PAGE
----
If you are a pharmacist considering a career change or even a pharmacy student or resident interested in ambulatory care pharmacy, explore your options by spending time researching pharmacy practice residency programs and clinics in your area. You can also explore collaborative practice agreements and specialty certifications to familiarize yourself with what employers might require for new hires. The ideal option is, of course, communicating directly with an ambulatory pharmacist. We are often completely willing to share expertise and experiences in the field! I hope this sheds some light on whether BCACP certification could be the next step for you on your career path. Still unsure about whether BPS certification is right for you? Check out this blog article: 6 Reasons to Become a Board Certified Pharmacist.  Learn more about comprehensive BPS review courses here.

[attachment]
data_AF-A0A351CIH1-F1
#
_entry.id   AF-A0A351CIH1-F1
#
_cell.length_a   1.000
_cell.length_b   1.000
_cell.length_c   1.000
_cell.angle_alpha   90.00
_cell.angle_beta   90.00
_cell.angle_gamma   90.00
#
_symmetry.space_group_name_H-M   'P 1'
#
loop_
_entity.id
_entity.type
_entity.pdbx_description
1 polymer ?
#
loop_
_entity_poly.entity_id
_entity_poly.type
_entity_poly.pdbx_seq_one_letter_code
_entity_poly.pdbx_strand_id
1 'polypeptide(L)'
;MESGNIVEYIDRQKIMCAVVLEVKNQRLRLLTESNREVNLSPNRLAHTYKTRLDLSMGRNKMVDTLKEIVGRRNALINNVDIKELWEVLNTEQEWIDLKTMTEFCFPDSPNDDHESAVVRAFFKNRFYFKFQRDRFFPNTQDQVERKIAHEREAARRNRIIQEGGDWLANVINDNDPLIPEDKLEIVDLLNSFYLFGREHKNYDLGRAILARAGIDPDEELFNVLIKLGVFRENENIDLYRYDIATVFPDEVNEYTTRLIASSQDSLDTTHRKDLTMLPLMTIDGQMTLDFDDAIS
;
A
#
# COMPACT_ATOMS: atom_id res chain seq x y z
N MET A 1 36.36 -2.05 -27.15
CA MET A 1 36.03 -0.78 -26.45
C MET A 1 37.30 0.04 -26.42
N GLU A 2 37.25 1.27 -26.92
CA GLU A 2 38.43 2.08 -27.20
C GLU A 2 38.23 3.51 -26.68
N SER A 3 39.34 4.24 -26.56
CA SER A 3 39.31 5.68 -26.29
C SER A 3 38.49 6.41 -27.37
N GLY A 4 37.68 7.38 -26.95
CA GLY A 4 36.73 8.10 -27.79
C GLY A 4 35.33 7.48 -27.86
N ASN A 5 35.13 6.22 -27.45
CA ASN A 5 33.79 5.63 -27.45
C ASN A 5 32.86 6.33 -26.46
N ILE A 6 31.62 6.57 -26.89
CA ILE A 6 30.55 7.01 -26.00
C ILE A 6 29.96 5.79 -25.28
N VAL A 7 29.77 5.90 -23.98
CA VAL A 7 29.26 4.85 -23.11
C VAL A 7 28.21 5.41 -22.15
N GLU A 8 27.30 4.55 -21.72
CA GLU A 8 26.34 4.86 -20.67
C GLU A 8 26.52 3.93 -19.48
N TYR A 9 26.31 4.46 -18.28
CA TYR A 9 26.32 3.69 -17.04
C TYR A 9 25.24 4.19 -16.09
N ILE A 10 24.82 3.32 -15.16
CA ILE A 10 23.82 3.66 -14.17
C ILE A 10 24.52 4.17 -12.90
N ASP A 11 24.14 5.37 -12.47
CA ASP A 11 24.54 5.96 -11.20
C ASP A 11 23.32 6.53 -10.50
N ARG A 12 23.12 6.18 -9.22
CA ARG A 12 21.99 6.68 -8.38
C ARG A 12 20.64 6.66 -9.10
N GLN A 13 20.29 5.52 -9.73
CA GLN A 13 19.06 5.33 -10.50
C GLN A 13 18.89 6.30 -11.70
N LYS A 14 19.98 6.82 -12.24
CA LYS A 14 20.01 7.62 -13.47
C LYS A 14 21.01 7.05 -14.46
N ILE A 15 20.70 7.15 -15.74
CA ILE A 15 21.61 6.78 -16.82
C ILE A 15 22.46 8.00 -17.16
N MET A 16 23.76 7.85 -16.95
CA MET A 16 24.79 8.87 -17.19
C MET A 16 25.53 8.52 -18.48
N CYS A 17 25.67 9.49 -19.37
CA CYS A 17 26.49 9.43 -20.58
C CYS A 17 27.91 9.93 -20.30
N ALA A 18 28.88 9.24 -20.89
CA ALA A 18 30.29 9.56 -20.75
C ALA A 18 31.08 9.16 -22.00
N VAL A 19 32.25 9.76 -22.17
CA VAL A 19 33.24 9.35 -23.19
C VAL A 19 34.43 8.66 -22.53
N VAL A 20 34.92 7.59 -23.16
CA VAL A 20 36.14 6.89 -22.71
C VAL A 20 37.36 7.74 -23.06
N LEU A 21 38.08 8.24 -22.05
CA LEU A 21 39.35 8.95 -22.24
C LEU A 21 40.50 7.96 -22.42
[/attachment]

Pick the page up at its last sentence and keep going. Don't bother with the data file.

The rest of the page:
High-Yield Bio

Cassie Boland, PharmD, BCACP, CDCES Associate Editor

Hi! My name is Cassie Boland and I worked in Ambulatory Care Pharmacy for 11 years in family medicine clinics. I primarily managed diabetes, obesity, and cardiovascular diseases and spent 10 of those years in academia as an Ambulatory Care Practice Faculty. I also worked in emergency medicine, inpatient clinical pharmacy with a focus on infectious disease, and community pharmacy. I chose to pursue BPS certification in Ambulatory Care Pharmacy to demonstrate my clinical abilities in patient care, intent to maintain my knowledge and skills, and desire to continue my professional development. I obtained my CDCES to demonstrate my commitment to providing quality diabetes education to patients while improving their care and establishing my role on their healthcare team.

Cassie Boland